How a collegiate coxswain earned her crew’s respect

After yesterday’s post on respect went up, I got an email yesterday from a coxswain that I wanted to share. I think most of can say “yup, been there…” and relate to what she’s saying. She brings up a lot of excellent points so I hope everyone is able to take something away from reading this and apply it to your own situation.

Related: RESPECT

“Here’s my story on how I gained respect on my team.

I rowed three sprint seasons at an all-girls’ high school prior to becoming a coxswain in college.  When I joined the team, they were so short on coxswains that they bumped me right up to varsity – in the men’s boat.  Now, I realize that my coxing style is definitely one that works best with men’s teams, but when I joined the team, I was a shy first-year student trying to adjust to life in college who only had experience with women’s rowing and sprint races, and who had clocked in only a few hours in the coxswain’s seat previously.  I was terrified, and although I like to think I didn’t show my nervousness to an extreme degree in the boat, I certainly did not sound sure of myself, and that led to a bumpy season with regards to team dynamics.

Later on in the season, we had a really bad race.  The crank that turned my rudder had corroded to a point at which it would not even turn the rudder to port slightly.  Pair that with steering that still was at a novice level, and you get a race that left us all, including myself, even more unsure of my abilities as a coxswain (I won’t go into details – but it was hairy).

That was when I talked to my coach, who told me to meet with my stroke seat to come up with a game plan and a list of goals; my coach’s logic was that if you have one of the rowers on your side, the rest are more likely to follow suit, especially if it’s the stroke seat who naturally assumes a leadership role in the boat.  There, he told me something that has stuck with me.  This particular comment only applies to my situation, but the general sentiment, I think, applies to all crews.  My stroke seat didn’t mince words, looked me straight in the eye, and said:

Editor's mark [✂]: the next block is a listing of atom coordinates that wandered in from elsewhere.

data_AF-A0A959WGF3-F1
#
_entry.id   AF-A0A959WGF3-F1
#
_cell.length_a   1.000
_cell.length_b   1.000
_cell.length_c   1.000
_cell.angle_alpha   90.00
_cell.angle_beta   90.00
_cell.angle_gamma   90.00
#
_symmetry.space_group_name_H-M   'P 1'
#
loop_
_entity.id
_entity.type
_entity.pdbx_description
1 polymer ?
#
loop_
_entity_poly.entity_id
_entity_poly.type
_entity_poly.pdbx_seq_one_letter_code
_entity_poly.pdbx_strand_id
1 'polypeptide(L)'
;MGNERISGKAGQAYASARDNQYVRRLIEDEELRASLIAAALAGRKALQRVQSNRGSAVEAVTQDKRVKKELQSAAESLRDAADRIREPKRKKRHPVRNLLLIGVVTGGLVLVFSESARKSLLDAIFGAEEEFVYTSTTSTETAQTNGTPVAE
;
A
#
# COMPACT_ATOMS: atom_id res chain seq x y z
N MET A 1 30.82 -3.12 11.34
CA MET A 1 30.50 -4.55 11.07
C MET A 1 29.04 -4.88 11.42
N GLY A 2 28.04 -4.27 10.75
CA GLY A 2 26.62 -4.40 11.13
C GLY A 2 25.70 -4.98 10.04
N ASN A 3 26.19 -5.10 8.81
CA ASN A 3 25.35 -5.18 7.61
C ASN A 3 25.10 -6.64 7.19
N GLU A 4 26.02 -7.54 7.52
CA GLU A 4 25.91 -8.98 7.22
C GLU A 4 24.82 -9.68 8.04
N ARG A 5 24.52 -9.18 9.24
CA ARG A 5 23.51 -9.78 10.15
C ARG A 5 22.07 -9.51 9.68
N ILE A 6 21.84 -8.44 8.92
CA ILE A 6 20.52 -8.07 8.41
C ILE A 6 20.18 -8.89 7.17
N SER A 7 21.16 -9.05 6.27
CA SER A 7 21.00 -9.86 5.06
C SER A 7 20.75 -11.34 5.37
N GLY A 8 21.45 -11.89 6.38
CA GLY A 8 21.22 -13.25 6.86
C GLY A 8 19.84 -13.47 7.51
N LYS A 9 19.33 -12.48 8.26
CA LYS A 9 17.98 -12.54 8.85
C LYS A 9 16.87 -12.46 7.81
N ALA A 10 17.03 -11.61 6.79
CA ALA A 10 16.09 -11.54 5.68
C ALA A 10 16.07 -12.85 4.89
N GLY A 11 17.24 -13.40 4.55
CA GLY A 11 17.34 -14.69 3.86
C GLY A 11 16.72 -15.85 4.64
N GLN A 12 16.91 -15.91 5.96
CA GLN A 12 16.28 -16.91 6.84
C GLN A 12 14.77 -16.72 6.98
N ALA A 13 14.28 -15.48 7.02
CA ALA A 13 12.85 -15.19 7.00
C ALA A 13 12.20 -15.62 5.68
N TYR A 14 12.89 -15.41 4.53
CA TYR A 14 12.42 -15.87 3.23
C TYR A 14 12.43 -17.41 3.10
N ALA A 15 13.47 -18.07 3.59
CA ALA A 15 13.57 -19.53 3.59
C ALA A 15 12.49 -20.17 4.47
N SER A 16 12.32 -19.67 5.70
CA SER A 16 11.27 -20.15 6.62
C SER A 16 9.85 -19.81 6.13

“We are a boat of eight big, cocky guys who all think we’re better than everyone.  We’re bigger than you, stronger than you, older than you, and we don’t give a shit that you rowed longer than most of us have.  So we’re not going to give you respect; you have to take it from us.”

Let me first say that the guys I coxed that season are not the brand of asshole that you would think after reading that comment. And obviously it wasn’t meant to be – nor was it taken as – an enumeration of my flaws. It was just a glimpse into the mind of a college men’s crew.  But it was exactly what I needed.I don’t think I’m exaggerating when I say that within a week of having that conversation with my stroke seat, my coxing did a total one-eighty turn.  I started as a timid little freshman and ended as a coxswain who would kick her crew’s ass and push them to their limits. And, more importantly, I finally understood something really important about coxing that I think all novice coxswains have to realize, one way or another: you have to know who you’re coxing.  It’s obvious, and you say that on your blog all the time, but that was when I learned it, and it made all the difference in learning how to deserve and earn the respect I wanted.

In my case, I had to (for lack of a better term) sack the fuck up and be willing to get a little mean, because I was coxing men who respond best to (constructive, not over-the-top) aggressiveness and a no-bullshit coxing style.  In cases like yours, it might be figuring out how to bridge the age-gap, if a coxswain is much younger than his or her crew.  In all cases, it’s a matter of being flexible and letting WHO you’re coxing inform you HOW to cox them.  For me, I gained respect by yanking it away from them and claiming it as my own, making it absolutely clear that I am not to be messed with.  For someone else, it might be totally different.  But the underlying principle is the same no matter what: respect has to be earned, not just given, not because “ree-rah I have the microphone so what I say goes” and not because of some divine right thereto.”


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